With the present invention, the physical strength of the husk of barley kernels can be objectively determined, and therefore, a high quality barley ingredient for manufacturing malt for fermented malt beverages can be provided.

Further, by performing the dyeing process on barley kernels that have undergone solubilization with sulfuric acid and agitation, barley kernels with peeled husks and the degree of the peeling can be distinctively determined.

Further, the proportion (%) of kernels having 80% or more of husk being peeled, is employed as a criterion for evaluating whether barley, having undergone husk solubilization and agitation, is suitable for malt manufacture. Thereby, the quality of barley ingredient can be classified according to a uniform criterion, evaluation can be performed objectively, and high quality malt manufacture can be achieved.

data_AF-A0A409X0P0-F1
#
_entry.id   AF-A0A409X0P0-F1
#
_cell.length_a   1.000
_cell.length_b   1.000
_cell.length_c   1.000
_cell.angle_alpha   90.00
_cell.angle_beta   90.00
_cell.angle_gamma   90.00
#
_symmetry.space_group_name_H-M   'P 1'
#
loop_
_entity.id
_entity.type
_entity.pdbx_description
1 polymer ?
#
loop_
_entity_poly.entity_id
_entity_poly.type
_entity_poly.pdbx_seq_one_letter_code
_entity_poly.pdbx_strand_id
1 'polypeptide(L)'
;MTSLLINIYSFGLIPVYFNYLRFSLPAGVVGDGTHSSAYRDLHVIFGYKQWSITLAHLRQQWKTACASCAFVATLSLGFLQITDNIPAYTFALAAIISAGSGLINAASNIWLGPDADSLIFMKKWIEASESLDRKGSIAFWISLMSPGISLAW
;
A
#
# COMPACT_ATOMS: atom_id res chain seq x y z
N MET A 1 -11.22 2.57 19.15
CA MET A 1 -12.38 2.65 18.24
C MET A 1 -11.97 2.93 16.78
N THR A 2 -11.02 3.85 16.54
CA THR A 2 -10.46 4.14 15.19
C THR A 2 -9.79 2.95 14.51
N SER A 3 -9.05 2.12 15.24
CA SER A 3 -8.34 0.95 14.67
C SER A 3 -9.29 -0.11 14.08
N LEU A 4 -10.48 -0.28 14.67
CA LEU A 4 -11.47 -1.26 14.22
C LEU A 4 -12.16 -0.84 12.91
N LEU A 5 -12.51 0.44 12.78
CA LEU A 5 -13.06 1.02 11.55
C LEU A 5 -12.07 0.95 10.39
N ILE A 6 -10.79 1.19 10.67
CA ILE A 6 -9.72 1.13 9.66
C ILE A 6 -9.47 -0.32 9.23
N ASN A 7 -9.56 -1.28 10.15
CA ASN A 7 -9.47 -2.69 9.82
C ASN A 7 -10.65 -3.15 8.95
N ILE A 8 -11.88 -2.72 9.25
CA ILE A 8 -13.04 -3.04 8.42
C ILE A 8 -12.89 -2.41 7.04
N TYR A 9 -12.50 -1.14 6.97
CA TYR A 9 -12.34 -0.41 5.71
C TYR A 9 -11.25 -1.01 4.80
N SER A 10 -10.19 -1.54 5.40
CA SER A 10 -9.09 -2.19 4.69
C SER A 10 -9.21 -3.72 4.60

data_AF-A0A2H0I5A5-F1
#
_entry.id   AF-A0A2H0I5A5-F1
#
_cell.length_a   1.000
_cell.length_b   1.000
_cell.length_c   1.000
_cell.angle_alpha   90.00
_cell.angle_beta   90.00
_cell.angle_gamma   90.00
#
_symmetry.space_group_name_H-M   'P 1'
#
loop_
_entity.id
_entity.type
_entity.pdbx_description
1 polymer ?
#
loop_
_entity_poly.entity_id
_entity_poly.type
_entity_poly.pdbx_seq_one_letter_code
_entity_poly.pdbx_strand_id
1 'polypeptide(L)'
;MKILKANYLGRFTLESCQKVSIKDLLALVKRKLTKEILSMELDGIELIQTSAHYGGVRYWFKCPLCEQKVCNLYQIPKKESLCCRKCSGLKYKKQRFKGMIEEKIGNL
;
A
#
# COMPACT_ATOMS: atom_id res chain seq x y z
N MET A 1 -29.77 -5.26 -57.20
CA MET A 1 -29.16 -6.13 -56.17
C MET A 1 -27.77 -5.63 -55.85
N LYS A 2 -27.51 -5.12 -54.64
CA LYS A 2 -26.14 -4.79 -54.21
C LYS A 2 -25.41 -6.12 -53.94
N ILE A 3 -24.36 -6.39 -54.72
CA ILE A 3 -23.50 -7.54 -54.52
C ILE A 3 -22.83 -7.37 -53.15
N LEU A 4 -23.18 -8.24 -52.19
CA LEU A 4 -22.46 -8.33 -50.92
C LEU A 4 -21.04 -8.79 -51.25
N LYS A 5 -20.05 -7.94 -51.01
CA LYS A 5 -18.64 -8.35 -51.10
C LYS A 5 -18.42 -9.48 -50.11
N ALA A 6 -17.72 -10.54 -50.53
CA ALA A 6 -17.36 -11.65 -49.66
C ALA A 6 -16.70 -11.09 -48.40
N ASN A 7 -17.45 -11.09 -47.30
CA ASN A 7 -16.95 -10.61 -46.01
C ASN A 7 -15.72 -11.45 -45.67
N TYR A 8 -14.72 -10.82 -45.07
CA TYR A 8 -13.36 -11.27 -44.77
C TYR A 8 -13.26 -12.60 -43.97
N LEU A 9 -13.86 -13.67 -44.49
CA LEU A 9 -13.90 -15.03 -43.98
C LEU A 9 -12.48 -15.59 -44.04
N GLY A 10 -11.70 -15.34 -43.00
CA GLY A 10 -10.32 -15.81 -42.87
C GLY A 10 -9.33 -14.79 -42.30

Further, the evaluation method of the physical strength of the husks of kernels according to the present invention can be employed in selection for growing a variety, to thereby breed a barley variety suitable for malt manufacture.

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Reference
1Agu et al, Journal of the Institute of Brewing, 2002, vol. 108, No. 2, pp. 215-220.
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Classifications
U.S. Classification436/2, 436/20, 800/320, 47/58.1SE
International ClassificationG01N33/02, G01N3/00, A01C1/00, G01N3/56, A01H1/04, G01N33/50
Cooperative ClassificationG01N3/567, G01N2203/0091, G01N33/02, A01H1/04
European ClassificationG01N33/02, G01N3/56F, A01H1/04
Legal Events
DateCodeEventDescription
Sep 25, 2012FPExpired due to failure to pay maintenance fee
Effective date: 20120805
Aug 5, 2012LAPSLapse for failure to pay maintenance fees
Mar 19, 2012REMIMaintenance fee reminder mailed